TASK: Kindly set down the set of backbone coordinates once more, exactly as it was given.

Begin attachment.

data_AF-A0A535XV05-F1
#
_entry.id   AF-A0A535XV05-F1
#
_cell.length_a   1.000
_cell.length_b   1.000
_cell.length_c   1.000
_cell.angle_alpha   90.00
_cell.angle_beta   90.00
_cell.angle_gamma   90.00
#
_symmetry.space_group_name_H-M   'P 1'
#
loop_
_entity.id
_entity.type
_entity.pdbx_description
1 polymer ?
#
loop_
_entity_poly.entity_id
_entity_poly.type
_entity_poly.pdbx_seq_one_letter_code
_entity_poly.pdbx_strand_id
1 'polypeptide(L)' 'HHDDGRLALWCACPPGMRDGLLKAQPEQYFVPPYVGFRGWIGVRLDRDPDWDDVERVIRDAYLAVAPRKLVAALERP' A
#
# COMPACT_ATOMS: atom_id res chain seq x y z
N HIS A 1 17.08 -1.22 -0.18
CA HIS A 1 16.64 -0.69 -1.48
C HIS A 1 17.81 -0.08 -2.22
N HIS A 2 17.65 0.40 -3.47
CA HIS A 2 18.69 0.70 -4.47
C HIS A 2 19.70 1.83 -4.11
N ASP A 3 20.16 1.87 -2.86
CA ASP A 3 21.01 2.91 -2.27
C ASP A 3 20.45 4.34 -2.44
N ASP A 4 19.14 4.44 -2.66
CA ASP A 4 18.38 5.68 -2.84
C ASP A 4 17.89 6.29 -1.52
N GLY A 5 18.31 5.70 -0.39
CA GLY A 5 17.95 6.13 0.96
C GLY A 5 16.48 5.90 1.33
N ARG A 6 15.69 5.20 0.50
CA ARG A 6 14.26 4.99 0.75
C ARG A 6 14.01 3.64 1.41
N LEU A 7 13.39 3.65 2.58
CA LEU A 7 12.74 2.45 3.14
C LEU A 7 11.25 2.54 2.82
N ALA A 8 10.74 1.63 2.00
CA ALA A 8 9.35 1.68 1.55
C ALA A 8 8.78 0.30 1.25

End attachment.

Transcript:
data_AF-A0A535XV05-F1
#
_entry.id   AF-A0A535XV05-F1
#
_cell.length_a   1.000
_cell.length_b   1.000
_cell.length_c   1.000
_cell.angle_alpha   90.00
_cell.angle_beta   90.00
_cell.angle_gamma   90.00
#
_symmetry.space_group_name_H-M   'P 1'
#
loop_
_entity.id
_entity.type
_entity.pdbx_description
1 polymer ?
#
loop_
_entity_poly.entity_id
_entity_poly.type
_entity_poly.pdbx_seq_one_letter_code
_entity_poly.pdbx_strand_id
1 'polypeptide(L)' 'HHDDGRLALWCACPPGMRDGLLKAQPEQYFVPPYVGFRGWIGVRLDRDPDWDDVERVIRDAYLAVAPRKLVAALERP' A
#
# COMPACT_ATOMS: atom_id res chain seq x y z
N HIS A 1 17.08 -1.22 -0.18
CA HIS A 1 16.64 -0.69 -1.48
C HIS A 1 17.81 -0.08 -2.22
N HIS A 2 17.65 0.40 -3.47
CA HIS A 2 18.69 0.70 -4.47
C HIS A 2 19.70 1.83 -4.11
N ASP A 3 20.16 1.87 -2.86
CA ASP A 3 21.01 2.91 -2.27
C ASP A 3 20.45 4.34 -2.44
N ASP A 4 19.14 4.44 -2.66
CA ASP A 4 18.38 5.68 -2.84
C ASP A 4 17.89 6.29 -1.52
N GLY A 5 18.31 5.70 -0.39
CA GLY A 5 17.95 6.13 0.96
C GLY A 5 16.48 5.90 1.33
N ARG A 6 15.69 5.20 0.50
CA ARG A 6 14.26 4.99 0.75
C ARG A 6 14.01 3.64 1.41
N LEU A 7 13.39 3.65 2.58
CA LEU A 7 12.74 2.45 3.14
C LEU A 7 11.25 2.54 2.82
N ALA A 8 10.74 1.63 2.00
CA ALA A 8 9.35 1.68 1.55
C ALA A 8 8.78 0.30 1.25